The Guide and I spent 4 hours sitting on our perch, wondering if we were going to spend the night wrapped in a couple of rain parkas trying to sleep in 20°F air next to the burnt-out remains of the microfire he built from the scant combustibles one can find on a rock outcropping.  He skittered around the rocks collecting what wood and boughs he could, but nothing that would do much more than briefly flare.  We saw the sun set across the valley, listened to the absolute quiet when thermal driven wind subsided, and watched the stars emerge in a purple sky.  We wondered what phase the moon would be in that night.  We watched headlights on the road miles away to see if any looked like they were looking for us.  We adapted – enjoying the strange uniqueness of our moment and the beauty of it.  I remembered the last time I slept outside – 26 summers ago rafting a California river.  Camping, I admitted, was not my passion.  

 

Then we heard the helicopter – but it didn’t come near us.  We thought he didn’t see our little fire and our jackets draped over rock piles.  In fact, our fire was blindingly bright in the pilot’s night vision goggles, and a few minutes later the big rotating blades were on top of us, blowing embers from the fire onto our skin and seconds later I was just a passenger in the back seat of a small aircraft making a short, comfortable flight to the meadow where the day had begun that morning.

 

Days later 10 minutes still don’t pass without my marveling that I am not in a hospital, that all my limbs are in one piece, though my hands and legs are scared from rock hugging.  This year I watched a person gradually die, and I know what each of us really wants from life – the ability to enjoy it.  The rest, our quest for fun, for experiences, for salaries, for a good watermelon, for a better fitting cycling jersey, for the right stock buys, for all the things we tell ourselves matter enough to trade our time, maybe all of our time, for, as it says on my “Swimming Is Life” t-shirt, is just details.

 

  

 

 

  

4 Responses to “Helicopter Rescue”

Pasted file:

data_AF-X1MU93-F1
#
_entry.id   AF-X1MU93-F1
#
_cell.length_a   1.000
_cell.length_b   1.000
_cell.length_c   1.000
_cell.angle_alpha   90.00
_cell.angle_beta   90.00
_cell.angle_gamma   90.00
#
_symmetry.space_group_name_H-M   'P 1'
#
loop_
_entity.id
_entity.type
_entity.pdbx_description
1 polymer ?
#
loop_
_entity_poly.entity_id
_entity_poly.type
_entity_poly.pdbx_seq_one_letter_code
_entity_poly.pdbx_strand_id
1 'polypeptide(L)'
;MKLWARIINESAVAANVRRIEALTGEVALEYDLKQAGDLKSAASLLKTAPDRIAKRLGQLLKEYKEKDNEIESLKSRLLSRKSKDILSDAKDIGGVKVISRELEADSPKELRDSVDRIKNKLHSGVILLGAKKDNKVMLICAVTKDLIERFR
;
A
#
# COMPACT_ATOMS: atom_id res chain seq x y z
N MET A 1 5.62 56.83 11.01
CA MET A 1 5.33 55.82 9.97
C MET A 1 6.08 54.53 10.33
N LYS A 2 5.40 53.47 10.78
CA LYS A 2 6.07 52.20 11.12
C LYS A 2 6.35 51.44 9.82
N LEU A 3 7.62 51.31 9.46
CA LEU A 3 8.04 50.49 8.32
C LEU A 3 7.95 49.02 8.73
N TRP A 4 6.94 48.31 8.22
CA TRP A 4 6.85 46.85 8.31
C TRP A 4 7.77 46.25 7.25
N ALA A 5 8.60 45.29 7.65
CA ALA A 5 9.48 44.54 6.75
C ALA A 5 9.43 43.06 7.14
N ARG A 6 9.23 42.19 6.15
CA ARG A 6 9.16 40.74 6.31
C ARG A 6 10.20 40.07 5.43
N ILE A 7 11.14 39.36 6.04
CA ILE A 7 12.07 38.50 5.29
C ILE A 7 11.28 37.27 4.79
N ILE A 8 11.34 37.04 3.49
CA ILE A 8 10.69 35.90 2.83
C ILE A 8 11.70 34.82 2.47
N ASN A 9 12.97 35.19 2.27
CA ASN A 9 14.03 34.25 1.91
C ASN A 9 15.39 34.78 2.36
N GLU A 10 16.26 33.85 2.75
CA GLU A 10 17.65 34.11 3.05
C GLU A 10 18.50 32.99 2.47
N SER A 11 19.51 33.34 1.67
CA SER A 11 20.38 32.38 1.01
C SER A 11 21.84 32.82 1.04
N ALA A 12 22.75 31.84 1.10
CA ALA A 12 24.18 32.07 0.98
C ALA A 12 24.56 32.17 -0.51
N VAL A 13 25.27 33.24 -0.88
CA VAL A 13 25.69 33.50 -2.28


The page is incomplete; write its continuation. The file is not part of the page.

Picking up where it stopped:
1. Alan Says:

    Holy sh**! In comparison, I had a rather boring week.

    Rick, kind of amazing that you can fall from a couple of feet up on a bicycle and require weeks of recovery from broken bones and, in contrast, be plucked off a mountain by a chopper and not really suffer any adverse effects. No adverse effects, right?

    Well I would obviously like more details (like what model chopper) which I hope I will get on the next ride. Glad to hear you were rescued and are safe.

  2. Marge Fiore Says:

    Wow, Rick! Glad you made it! Nothing like a close brush such as that to make you truly appreciate all your parts still being in place and unbroken. And nothing like a night on a rock ledge – or even part of a night – to make you appreciate the simple comforts of civilization, like a roof, walls, a bed, running water…

    I’m sorry to hear about your friend’s death (was it Nancy that died?). But, as I tell my desk-to-couch friends that are so concerned about safety that they never do anything physical, if you are going to spend your life avoiding all risk, you aren’t really living.

    Which I am glad you still are…

  3. Rick Fleeter Says:

    A couple of people have questioned if I just wimped out. After all, the guide got himself down to the road – in just moonlight. And my brother and his kids also hiked out. All true, and probably I could have gone for the gusto and made it down in one piece sans drama as did everyone else.

    My defenses are:

    – that the guide could make a decent I couldn’t is definitely true. He’s a 20-something professional climber, I’m a 50-something professional klutz. I don’t see people going 10 mph on the bike path riding cross bikes and dis them for not doing 20 on a carbon Orbea. We all have our levels, and the only result of pushing people beyond their capabilities is bad feelings for each other and for sport. The guide did get down – but it took him a couple of hours to do it, and then only to the road an hour’s walk from the parking point. So had I sucked it up, at best our 5 hour hike would have been a 12 hour ordeal. The guide did what was right for him. I admire his skill – he’s a real mountain goat. Doesn’t mean I delude myself that I could do everything he can.

    – my brother and the others separated from the guide and me with what they thought was a better way down. They were right, and even so, none of them would have opted to try it again. To follow them we needed to climb back up a few hundred feet of rock face, and then do what they had only unwillingly done. Just because the previous aircraft made it through a line of weather doesn’t mean you will too. My brother and his kids are black diamond skiers. I’m more of a X/C guy who if pressed can handle the green squares.